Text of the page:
An Account of the Goods of a Captured Caravan, 1192
The capture of a caravan by King Richard reveals the variety and quantity of goods
transported by camels, dromedaries, horses, and asses from Asia to Europe in the twelfth
century, and during all the Crusades.
By this defeat the pride of the Turks was entirely cast down, and their boldness
effectually repressed; whilst the caravan, with all its riches, became the spoil of the
victors. Its guards surrendered to our soldiers themselves, their beasts of burden, and
sumpter horses; and stretching forth their hands in supplication, they im plored for
mercy, on condition only that their lives should be spared. They led the yoked horses and
camels by the halter, and offered them to our men, and they brought mules loaded with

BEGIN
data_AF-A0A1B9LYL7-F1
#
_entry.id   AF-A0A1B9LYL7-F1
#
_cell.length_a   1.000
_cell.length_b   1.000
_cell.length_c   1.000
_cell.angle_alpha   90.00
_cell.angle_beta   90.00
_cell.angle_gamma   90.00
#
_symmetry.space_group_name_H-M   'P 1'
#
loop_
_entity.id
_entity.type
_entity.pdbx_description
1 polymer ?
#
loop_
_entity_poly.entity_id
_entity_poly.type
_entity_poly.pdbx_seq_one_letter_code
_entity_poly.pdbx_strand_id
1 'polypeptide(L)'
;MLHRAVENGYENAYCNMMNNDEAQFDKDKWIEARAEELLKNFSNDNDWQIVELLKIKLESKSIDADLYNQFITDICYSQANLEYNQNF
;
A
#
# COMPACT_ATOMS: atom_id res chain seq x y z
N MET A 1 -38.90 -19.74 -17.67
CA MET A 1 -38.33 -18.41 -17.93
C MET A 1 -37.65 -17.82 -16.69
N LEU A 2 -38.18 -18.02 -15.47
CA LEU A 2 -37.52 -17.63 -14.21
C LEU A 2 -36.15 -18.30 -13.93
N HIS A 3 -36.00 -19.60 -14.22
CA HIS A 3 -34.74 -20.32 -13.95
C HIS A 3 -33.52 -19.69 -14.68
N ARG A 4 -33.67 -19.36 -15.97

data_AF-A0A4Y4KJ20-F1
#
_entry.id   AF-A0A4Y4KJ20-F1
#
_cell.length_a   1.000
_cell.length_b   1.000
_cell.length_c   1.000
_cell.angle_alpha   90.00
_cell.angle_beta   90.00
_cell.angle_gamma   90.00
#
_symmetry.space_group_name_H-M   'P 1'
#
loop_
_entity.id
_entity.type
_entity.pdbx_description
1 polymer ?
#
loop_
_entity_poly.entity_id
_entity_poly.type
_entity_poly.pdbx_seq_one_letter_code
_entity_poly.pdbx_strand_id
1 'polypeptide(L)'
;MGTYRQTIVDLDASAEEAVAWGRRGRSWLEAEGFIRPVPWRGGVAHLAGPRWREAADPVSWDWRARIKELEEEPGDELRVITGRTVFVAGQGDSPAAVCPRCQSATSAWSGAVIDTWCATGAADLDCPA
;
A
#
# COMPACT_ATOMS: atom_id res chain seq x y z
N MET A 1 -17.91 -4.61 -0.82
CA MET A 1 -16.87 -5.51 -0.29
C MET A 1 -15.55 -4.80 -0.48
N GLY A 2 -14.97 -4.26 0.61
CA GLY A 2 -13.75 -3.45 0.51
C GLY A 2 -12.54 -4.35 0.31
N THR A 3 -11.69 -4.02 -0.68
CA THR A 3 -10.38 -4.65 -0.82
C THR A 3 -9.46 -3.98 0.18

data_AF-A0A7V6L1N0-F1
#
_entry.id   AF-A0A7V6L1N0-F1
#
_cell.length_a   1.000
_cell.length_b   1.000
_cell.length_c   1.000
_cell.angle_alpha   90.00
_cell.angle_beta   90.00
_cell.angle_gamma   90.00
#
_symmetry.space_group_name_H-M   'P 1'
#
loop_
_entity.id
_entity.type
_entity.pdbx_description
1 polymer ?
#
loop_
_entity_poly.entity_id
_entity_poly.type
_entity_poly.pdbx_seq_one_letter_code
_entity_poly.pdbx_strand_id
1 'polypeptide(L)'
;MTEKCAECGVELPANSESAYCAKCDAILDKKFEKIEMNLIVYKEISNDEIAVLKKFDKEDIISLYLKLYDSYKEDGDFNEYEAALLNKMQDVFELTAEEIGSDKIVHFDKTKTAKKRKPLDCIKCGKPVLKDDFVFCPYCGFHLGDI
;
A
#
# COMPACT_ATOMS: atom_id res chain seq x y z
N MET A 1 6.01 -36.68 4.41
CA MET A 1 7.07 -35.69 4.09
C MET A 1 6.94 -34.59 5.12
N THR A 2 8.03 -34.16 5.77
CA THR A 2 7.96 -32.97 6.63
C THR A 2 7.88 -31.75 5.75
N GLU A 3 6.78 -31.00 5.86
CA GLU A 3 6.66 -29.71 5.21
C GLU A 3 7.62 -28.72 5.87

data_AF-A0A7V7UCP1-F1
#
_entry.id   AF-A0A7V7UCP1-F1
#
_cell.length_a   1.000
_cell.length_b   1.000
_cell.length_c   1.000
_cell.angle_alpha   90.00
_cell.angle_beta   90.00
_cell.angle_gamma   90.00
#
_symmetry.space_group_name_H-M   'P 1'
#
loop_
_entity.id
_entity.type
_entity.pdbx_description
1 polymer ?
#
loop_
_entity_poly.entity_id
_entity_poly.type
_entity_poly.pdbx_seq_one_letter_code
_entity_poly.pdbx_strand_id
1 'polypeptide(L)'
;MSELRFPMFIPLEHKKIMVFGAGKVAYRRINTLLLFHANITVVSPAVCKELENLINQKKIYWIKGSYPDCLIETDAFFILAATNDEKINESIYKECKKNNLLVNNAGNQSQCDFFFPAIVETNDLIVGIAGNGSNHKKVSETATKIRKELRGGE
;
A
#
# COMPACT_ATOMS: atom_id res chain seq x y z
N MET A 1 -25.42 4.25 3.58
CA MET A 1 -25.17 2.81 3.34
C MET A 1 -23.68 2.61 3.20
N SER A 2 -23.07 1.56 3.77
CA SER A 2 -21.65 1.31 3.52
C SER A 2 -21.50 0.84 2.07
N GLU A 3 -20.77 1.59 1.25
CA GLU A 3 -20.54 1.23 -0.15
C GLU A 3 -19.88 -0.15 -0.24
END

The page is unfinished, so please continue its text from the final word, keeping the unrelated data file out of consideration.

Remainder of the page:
spices of different kinds, and of great value; gold and silver; cloaks of silk; purple and
scarlet robes, and variously-ornamented apparel, besides arms and weapons of divers forms;
coats of mail, commonly called gasiganz; costly cushions, pavilions, tents,
biscuit, bread. barley, grain, meal, and a large quantity of conserves and medicines;
basins, bladders, chess-boards; silver dishes and candlesticks; pepper, cinnamon, sugar,
and wax; and other valuables of choice and various kinds; an immense sum of money, and an
incalculable quantity of goods, such as had never before (as we have said) been taken at
one and the same time, in any former battle.
From: Geoffrey de Vinsauf's Itinerary of Richard I and Others, to the Holy Land, translation in Chronicles of the Crusades, ed. H. G. Bohn, (London, 1848), p. 307,
reprinted in Roy C. Cave & Herbert H. Coulson, A Source Book for Medieval Economic
History, (Milwaukee: The Bruce Publishing Co., 1936; reprint ed., New York: Biblo
& Tannen, 1965), p. 155.
Scanned by Jerome S. Arkenberg, Cal. State Fullerton. The text has been modernized by
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© Paul Halsall, September 1998